Of course, it helps that, barring the occasional replaying of a Fighting Fantasy book or a computer RPG, I've largely left that world behind, able, then, to approach Soul Music with an open mind. Coming to it as someone new to Terry Pratchett, it doesn't only work as an animation series on its own terms but also that it hints at there being enough material in the novel, equally as good but unused, to suggest that it might well be worth reading. Of course, given that this show is designed to appeal to those unfamiliar with Pratchett's work, Soul Music does tend to skip over the background to the story, not, therefore, presenting Death as a character with a certain history in the Discworld but as a figure who, apparently on a whim, slumps into a saddeningly philosophical mood and leaves his library of lives and hourglasses behind in favour of the foreign legion and to forgetting himself.
In terms of the story, it is, unsurprisingly, a satire on popular music, with The Band With Rocks In being a tale that's much too common in rock history, being that of a band prepared to do almost anything in pursuit of fame, money and the recording of great music. Within the three hours of Soul Music, Imp, Lias and Glod, who choose the noms de rock of Buddy, Cliff and, er, Glod, positively stride through rock's back pages, beginning with rock'n'roll before taking in Beatle-ish pop at the Cavern, psychedelia in Quirm, a spoof of The Blues Brothers and a free concert in Hide Park with, sadly, no reading of Shelley nor the setting free of a box full of butterflies. In particular, the post-concert meet'n'greet in Quirm reveals the knowing pop knowledge of Soul Music, with the mayor of the city, which is famous for its dairy products, gritting his teeth through Buddy's pronouncing of his band being more popular than cheeses. Similarly, the actual music is a rather fine pastiche of various musical eras with the psychedelic set, complete with oil light show, being a highlight.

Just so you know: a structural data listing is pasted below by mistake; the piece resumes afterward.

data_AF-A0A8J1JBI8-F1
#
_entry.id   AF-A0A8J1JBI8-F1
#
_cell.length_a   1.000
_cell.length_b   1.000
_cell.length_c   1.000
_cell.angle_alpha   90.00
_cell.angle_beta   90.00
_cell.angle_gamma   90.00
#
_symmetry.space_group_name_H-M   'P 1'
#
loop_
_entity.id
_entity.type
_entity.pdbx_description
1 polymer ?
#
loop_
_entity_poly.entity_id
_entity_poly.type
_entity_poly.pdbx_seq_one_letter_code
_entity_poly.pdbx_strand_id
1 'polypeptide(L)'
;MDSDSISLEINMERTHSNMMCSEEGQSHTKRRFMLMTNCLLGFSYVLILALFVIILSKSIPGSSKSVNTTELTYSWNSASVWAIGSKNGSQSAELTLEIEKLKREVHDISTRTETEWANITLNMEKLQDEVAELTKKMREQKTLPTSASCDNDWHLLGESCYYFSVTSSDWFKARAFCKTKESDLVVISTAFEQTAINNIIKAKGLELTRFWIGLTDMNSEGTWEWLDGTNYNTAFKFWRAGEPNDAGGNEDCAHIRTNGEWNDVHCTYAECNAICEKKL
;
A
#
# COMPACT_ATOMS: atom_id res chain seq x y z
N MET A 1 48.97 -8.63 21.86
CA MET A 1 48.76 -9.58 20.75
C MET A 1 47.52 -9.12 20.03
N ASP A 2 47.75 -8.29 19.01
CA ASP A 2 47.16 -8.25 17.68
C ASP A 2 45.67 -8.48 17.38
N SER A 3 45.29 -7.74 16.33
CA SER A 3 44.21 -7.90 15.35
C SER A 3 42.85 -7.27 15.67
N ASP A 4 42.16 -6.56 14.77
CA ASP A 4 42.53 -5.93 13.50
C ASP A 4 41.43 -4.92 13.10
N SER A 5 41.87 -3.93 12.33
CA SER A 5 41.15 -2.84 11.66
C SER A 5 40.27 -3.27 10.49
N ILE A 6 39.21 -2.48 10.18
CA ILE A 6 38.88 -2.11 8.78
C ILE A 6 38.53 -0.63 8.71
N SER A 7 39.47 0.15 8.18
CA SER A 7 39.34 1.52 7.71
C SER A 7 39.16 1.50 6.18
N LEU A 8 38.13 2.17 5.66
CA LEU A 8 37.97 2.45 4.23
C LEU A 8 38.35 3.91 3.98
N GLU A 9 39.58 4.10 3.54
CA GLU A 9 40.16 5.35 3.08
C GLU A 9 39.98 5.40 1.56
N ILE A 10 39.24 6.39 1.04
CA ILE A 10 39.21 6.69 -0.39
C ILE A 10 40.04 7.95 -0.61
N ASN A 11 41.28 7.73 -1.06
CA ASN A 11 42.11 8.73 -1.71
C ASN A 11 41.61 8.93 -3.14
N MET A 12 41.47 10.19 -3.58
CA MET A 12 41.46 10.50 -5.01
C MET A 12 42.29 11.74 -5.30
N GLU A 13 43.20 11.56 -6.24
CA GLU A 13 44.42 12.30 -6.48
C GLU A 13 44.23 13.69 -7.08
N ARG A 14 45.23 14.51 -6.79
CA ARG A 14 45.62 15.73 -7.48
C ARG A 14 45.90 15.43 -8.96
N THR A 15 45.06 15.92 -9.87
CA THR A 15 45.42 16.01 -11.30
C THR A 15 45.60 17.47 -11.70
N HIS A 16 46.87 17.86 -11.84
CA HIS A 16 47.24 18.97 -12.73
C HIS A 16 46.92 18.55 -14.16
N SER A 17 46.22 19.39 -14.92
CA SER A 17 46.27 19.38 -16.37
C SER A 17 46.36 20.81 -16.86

And yet, even for a newcomer, it's easy to see why Death has remained so consistent a character in the books, with Christopher Lee giving the character a dumb weariness, capable of doing remarkably stupid things whilst having the kind of fatigue that must come with great power. Even when faced with the idiocy of the Foreign Legion - a place to forget, they say, which would explain why they appear to have forgotten everything, even to who they are - Death never loses his temper, which is surely due to the gravitas and experience that Christopher Lee brings to the role. It would appear that his disappearance is somehow related to the death of his adopted daughter Ysabel and her husband Mort and although his role in the Discworld is less-than-capably filled by Susan Sto Helit, he's never far from the action, even to appearing on a motorbike to resolve the story when it appears that Buddy has gone the way of Morrison, Bolan, Hendrix and Holly, albeit with a touch of The Italian Job.